Creating A Public Space: Open Access, Book Theft, and the Epigraphy of Ancient Libraries

During the reign of the emperor Trajan (ca. 100 CE) an inscription was placed on a marble block for those visiting the public Library of Pantaenus to read. The library was itself built by the son of a diadochos  (the name for the head of a philosophical school) called Titus Flavius Pantaenus, and stood south of the Stoa of Attalus in Athens’ Agora. EverContinue reading “Creating A Public Space: Open Access, Book Theft, and the Epigraphy of Ancient Libraries”

Amo, Amas, Amat: Greco-Roman School Exercises

The first line of Euripides’ Bacchae reads: ‘ἥκω Διὸς παῖς τήνδε Θηβαίων χθόνα‘ I, the child of Zeus, have come to the land of the Thebans Although it was written by the playwright at the end of the 5th c. BCE, while in Macedonia, the words of Euripides continued to echo in schoolrooms throughout the Mediterranean.Continue reading “Amo, Amas, Amat: Greco-Roman School Exercises”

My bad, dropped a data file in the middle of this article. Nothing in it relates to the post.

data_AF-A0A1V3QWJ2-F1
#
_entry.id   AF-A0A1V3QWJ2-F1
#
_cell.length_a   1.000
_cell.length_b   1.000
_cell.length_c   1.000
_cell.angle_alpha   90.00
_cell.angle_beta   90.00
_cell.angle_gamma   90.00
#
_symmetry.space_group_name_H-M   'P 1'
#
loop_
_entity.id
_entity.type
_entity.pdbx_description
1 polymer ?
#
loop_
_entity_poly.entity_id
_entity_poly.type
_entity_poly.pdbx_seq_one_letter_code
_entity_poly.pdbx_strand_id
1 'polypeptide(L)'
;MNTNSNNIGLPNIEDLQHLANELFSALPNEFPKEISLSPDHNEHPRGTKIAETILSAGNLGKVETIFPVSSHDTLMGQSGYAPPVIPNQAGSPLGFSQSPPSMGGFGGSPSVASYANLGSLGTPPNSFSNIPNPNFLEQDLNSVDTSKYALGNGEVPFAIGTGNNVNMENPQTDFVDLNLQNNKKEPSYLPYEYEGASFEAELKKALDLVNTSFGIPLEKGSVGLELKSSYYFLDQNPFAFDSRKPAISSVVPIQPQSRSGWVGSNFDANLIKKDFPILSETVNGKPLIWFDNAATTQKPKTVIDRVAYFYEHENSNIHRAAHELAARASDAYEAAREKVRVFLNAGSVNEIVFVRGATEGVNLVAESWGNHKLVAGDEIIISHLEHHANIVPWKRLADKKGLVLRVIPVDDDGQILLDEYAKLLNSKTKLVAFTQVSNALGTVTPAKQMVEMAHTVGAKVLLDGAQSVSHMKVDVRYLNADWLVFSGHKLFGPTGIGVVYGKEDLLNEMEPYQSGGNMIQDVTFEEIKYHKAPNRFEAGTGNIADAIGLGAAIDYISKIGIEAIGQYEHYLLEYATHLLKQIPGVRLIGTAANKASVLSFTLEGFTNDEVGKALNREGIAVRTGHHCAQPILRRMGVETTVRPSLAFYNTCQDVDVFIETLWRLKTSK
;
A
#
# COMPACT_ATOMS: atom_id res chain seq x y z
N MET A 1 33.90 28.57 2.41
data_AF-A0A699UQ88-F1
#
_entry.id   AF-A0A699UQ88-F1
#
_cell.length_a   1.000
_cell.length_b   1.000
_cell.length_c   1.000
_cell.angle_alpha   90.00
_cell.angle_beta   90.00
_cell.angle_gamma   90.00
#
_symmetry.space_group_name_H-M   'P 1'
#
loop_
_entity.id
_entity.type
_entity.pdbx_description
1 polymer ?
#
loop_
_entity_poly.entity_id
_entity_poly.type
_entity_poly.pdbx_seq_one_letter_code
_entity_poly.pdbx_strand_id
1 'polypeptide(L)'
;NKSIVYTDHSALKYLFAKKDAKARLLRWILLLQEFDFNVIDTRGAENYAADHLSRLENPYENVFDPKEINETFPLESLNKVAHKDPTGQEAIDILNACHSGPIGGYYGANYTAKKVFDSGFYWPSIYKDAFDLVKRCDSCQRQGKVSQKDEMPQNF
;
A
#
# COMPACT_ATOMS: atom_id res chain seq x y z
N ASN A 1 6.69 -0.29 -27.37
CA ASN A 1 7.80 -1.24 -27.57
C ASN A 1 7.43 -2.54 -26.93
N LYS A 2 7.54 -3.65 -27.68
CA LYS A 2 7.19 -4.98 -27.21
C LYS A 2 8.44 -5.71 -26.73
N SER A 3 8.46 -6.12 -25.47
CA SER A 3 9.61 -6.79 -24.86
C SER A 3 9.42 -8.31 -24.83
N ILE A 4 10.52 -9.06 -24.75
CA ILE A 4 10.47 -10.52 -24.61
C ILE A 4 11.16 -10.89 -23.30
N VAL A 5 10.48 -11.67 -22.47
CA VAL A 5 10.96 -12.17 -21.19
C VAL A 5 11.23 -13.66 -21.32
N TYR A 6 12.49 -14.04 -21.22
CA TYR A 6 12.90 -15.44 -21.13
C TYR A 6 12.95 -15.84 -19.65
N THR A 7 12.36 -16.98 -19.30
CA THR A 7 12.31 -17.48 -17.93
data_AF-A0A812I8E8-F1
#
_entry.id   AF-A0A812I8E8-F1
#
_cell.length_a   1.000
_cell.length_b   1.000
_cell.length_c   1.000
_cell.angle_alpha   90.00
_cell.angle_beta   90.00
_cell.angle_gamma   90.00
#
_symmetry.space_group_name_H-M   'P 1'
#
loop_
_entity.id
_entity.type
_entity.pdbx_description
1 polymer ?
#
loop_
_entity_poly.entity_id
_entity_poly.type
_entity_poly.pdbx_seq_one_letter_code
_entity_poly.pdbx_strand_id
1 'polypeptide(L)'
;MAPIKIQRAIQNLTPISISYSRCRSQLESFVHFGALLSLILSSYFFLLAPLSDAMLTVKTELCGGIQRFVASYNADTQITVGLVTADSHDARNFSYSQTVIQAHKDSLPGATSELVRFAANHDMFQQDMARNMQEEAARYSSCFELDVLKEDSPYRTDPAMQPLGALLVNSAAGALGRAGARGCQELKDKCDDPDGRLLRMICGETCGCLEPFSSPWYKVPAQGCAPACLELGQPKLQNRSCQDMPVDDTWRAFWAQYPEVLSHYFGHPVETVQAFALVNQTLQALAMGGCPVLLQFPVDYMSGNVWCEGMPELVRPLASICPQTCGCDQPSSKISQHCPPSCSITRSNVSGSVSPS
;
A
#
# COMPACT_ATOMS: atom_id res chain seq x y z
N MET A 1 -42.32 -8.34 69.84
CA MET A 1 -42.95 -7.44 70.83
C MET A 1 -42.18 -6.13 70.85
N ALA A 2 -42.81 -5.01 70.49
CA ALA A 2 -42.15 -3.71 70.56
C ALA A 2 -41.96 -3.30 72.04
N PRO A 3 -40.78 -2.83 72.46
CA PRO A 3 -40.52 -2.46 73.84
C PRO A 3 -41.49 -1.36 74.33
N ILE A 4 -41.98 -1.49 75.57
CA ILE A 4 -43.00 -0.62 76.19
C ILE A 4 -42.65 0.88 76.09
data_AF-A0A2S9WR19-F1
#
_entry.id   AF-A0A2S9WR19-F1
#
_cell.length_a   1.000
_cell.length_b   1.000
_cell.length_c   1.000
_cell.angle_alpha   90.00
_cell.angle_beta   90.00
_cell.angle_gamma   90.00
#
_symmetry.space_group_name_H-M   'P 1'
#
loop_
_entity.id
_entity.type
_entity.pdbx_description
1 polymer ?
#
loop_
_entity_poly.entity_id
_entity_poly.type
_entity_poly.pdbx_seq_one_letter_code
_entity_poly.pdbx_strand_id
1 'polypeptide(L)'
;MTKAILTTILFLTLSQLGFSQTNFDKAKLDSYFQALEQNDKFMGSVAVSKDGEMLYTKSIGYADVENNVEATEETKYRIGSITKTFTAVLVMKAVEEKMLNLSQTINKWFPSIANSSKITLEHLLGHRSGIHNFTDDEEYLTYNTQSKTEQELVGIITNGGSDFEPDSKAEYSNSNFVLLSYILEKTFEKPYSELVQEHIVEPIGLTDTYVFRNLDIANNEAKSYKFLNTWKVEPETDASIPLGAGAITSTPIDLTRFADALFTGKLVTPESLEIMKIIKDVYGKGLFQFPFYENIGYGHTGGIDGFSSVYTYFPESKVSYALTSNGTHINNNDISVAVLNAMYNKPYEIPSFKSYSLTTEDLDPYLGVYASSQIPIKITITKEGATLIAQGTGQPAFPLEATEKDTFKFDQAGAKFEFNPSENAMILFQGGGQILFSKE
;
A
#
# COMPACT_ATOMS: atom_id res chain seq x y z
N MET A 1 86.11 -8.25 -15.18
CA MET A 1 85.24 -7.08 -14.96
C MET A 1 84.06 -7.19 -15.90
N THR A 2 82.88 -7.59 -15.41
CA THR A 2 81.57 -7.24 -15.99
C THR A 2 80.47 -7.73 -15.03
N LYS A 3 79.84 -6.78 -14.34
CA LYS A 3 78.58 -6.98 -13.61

Libellus Behavior: Papyri, Valentines, and 3D Printing

  In 249  CE, the emperor Decius disseminated an edict that required inhabitants of the Roman empire to perform a sacrifice. As UNC professor James Rives has argued, this was the first Christian persecution to be instituted on an empire-wide scale. Those who completed the supplicatio (order to perform a sacrifice) needed to be certified by an imperially designatedContinue reading “Libellus Behavior: Papyri, Valentines, and 3D Printing”

Hail, Caesar: A Classicist’s Movie Review

It is about 43 minutes since we got out of seeing ‘Hail, Caesar!’, the Coen brothers’ new movie about a Tinseltown film studio during the 1950s. I enjoyed the film immensely, and, well, I have some frayed, butter stained theater napkin notes about the multiple classical allusions in the film. Before we get to the allusions, let’s talkContinue reading “Hail, Caesar: A Classicist’s Movie Review”

Using Graphic Language: A Short History of Figure Poems

I miss Milwaukee sometimes. On warmer nights, I used to run along Lake Michigan and wait for the sunset, before jogging home to work on the book. One of the best things about those runs was looking at sculpture against the backdrop of the Wisconsin sunset. What always caught my eye was a piece by Catalan artist JaumeContinue reading “Using Graphic Language: A Short History of Figure Poems”